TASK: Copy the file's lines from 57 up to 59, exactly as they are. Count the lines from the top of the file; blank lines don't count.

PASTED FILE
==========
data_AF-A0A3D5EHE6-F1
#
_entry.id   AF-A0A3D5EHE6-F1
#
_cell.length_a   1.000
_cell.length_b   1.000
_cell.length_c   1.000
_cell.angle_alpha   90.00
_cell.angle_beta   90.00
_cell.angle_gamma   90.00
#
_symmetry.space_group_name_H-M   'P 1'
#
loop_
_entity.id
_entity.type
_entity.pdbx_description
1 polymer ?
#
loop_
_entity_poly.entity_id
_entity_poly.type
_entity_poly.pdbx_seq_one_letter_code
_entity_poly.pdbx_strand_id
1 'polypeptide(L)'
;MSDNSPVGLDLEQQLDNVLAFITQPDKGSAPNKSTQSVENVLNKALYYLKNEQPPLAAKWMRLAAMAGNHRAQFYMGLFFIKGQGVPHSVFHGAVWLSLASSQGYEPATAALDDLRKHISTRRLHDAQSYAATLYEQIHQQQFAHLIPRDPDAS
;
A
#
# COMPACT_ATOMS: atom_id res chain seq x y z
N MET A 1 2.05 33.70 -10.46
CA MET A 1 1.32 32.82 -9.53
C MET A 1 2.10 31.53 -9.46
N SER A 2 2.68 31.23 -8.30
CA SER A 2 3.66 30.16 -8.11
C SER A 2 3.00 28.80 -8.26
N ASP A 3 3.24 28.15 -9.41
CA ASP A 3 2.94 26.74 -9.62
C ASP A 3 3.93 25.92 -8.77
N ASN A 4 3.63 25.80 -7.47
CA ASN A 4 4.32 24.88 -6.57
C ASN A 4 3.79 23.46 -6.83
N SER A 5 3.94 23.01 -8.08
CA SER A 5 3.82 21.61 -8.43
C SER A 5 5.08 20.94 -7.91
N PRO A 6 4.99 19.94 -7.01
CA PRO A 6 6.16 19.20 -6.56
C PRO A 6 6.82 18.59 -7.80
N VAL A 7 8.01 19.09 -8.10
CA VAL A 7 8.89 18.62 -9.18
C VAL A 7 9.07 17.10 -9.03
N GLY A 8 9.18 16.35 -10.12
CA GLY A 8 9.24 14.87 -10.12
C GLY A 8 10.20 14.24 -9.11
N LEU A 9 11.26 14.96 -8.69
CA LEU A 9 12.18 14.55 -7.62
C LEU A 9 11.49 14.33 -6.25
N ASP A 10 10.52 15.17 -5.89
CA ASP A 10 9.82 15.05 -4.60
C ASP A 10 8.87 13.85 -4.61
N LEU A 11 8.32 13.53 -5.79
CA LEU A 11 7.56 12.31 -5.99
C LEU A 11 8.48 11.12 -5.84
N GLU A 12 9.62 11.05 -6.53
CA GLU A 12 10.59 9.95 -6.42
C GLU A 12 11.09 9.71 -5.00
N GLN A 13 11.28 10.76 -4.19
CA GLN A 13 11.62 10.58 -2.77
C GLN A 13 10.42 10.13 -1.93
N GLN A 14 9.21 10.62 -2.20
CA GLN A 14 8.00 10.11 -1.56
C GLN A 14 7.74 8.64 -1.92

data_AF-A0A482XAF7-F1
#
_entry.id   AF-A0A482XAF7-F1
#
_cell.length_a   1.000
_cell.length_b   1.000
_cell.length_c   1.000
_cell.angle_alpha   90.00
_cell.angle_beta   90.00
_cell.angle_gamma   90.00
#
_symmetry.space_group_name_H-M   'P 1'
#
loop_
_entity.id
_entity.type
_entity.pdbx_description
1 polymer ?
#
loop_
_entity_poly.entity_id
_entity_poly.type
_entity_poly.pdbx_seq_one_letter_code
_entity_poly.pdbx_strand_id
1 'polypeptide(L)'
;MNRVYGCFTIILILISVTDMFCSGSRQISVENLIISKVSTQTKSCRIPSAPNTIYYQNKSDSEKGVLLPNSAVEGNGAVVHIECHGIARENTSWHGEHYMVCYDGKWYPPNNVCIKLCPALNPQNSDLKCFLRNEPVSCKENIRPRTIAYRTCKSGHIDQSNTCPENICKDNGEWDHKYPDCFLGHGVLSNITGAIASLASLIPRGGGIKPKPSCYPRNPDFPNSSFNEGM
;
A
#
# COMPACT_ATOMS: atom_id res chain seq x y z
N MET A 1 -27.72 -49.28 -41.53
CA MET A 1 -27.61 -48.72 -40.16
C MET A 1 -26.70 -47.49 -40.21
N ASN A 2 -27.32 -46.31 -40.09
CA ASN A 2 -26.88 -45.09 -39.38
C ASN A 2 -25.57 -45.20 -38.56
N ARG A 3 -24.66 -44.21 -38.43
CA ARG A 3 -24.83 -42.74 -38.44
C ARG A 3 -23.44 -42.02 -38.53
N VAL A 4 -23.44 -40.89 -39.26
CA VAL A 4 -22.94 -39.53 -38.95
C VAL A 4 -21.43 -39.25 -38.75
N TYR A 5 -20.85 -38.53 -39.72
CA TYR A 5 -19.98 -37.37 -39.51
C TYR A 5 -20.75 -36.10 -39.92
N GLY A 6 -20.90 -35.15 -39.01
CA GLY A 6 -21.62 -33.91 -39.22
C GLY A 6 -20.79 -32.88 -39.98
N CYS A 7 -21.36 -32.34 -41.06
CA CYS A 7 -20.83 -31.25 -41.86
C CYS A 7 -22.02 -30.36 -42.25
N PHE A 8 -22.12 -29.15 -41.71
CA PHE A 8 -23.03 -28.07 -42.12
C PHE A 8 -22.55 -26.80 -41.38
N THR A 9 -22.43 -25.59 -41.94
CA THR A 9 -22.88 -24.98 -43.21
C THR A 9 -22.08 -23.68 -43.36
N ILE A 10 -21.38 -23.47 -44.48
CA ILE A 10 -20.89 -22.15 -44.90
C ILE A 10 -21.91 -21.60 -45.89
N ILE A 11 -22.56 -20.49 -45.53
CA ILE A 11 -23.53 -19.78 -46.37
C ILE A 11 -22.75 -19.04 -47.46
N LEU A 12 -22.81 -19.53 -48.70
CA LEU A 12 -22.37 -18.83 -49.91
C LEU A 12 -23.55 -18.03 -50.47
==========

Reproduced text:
C LEU A 9 11.49 14.33 -6.25
N ASP A 10 10.52 15.17 -5.89
CA ASP A 10 9.82 15.05 -4.60